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Willard Munger Trail Towns Events & Points of Interest

Carlton has all kinds of lodging options, a half-dozen restaurants, unique gift shops, old buildings, new buildings, hiking trails and other recreational opportunities.

And no where else in the state can you enjoy the thrills of whitewater during the day and casino gambling at night.

While there is no tourist information center, nearly every business in the area will be happy to give you the latest information on what’s going on and directions on how to get there. That’s the friendliness of a small town.

•Jay Cooke State Park is about three miles from Carlton and can be accessed by bike from the trail near M12.

The park features hardwoods and spectacular views of the St. Louis River, which thunders over rocks when the water level is high. Don’t miss walking the swinging bridge that crosses the river.

An interpretive center offers programs and hands-on learning experiences.

There are 50 miles of hiking trails and 12 miles of off-road mountain biking to add to the touring experience. Tent camping is available.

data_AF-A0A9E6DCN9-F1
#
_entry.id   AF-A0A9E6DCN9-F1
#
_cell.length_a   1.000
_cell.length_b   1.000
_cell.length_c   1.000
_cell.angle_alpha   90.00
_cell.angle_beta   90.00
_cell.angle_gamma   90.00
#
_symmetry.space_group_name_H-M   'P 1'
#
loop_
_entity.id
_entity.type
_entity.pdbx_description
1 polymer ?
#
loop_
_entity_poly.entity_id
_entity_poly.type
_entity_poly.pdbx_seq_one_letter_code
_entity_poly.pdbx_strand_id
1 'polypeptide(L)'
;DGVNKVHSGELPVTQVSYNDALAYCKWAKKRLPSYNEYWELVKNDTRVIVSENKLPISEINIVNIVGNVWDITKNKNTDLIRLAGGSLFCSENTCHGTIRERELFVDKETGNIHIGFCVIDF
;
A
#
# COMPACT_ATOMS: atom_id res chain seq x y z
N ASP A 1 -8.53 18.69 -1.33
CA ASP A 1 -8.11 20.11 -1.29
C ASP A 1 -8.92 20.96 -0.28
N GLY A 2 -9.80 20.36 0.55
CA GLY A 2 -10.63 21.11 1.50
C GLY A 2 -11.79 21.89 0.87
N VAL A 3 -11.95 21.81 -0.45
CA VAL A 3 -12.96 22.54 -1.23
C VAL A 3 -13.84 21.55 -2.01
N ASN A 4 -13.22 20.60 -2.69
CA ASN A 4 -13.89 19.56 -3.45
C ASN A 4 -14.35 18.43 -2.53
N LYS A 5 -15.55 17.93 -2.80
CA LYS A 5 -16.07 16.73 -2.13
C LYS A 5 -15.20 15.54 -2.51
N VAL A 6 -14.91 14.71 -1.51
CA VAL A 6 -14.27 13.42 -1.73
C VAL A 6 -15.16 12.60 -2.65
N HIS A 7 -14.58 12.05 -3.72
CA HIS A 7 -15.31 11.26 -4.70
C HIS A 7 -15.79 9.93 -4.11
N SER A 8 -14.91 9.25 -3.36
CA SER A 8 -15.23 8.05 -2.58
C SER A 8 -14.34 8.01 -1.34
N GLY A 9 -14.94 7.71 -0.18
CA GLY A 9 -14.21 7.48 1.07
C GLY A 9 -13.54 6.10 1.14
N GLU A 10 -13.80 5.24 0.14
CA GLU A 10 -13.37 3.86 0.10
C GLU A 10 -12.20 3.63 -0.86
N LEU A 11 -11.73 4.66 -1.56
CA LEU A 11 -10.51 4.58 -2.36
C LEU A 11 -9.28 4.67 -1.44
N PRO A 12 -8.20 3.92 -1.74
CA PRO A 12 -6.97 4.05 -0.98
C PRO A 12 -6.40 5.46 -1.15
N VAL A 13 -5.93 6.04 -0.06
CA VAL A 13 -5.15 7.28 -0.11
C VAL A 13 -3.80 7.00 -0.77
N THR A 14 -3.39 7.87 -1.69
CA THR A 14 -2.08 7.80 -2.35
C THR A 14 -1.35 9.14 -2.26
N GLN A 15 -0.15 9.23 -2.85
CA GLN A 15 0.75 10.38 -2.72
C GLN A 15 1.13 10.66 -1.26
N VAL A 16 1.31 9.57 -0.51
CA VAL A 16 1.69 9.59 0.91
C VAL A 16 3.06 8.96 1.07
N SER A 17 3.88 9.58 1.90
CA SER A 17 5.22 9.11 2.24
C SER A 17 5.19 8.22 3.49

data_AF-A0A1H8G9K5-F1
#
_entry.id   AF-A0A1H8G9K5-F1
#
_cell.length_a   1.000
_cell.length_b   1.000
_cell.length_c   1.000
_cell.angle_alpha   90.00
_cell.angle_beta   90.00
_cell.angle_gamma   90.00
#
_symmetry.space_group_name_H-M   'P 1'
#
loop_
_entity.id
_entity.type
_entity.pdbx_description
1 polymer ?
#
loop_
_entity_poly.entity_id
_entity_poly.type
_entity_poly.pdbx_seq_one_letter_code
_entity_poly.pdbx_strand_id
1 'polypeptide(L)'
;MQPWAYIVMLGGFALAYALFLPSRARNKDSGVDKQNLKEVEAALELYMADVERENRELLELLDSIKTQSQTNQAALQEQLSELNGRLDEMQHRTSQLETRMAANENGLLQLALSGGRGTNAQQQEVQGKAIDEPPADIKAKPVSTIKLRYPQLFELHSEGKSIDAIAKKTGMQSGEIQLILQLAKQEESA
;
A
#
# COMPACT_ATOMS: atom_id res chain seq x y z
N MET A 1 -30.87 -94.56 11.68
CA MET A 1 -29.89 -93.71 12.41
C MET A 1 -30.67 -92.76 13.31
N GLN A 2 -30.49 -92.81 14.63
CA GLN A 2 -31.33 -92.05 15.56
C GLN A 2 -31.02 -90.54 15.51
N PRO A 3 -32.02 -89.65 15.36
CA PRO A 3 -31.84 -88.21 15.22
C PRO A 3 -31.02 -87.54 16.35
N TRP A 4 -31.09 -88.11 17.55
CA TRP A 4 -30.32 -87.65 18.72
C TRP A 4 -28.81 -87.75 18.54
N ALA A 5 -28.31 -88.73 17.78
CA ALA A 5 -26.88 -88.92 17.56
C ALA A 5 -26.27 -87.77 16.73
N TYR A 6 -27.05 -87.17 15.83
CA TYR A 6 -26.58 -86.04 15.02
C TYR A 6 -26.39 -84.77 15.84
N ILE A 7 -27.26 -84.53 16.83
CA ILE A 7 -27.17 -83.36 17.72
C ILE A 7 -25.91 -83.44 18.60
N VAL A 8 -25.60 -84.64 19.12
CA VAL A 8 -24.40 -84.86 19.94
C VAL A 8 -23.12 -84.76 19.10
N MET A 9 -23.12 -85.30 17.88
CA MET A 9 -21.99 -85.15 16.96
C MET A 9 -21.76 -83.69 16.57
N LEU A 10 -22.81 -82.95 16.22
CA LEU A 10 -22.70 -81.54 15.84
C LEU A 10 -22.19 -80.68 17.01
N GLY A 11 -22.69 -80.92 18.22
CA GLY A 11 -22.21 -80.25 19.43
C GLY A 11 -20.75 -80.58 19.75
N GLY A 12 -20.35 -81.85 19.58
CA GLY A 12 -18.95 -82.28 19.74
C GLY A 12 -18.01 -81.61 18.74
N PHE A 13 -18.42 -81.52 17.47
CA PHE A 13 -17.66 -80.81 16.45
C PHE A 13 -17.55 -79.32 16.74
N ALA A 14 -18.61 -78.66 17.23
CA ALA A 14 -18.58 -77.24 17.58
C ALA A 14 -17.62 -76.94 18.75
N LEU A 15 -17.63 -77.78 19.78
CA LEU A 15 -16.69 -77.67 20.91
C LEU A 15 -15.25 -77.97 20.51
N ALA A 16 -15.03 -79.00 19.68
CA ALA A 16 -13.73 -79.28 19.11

•Carlton Daze at the end of July includes a 5K run/walk and ultra marathon, softball and golf tournaments, games, crafts, food and a parade.

•Carlton hosts the National Whitewater championships usually at the end of August. But you need not be just a spectator. If you’d like to give the sport of whitewater rafting a try, check with local businesses on how to find an outfitter.

•Duluth is well-known for its tourist attractions, including: the maritime museum next to the signature-attraction, the lift bridge; the railroad museum downtown next to the art gallery; the warehouse district with all the touristy spot; Skyline Drive that offers a panoramic view over Duluth, as well as one of the best places to watch the annual migrations of many raptors, in season; and the fascinating shipping ports on Lake Superior that gives the whole area an ocean-like feel.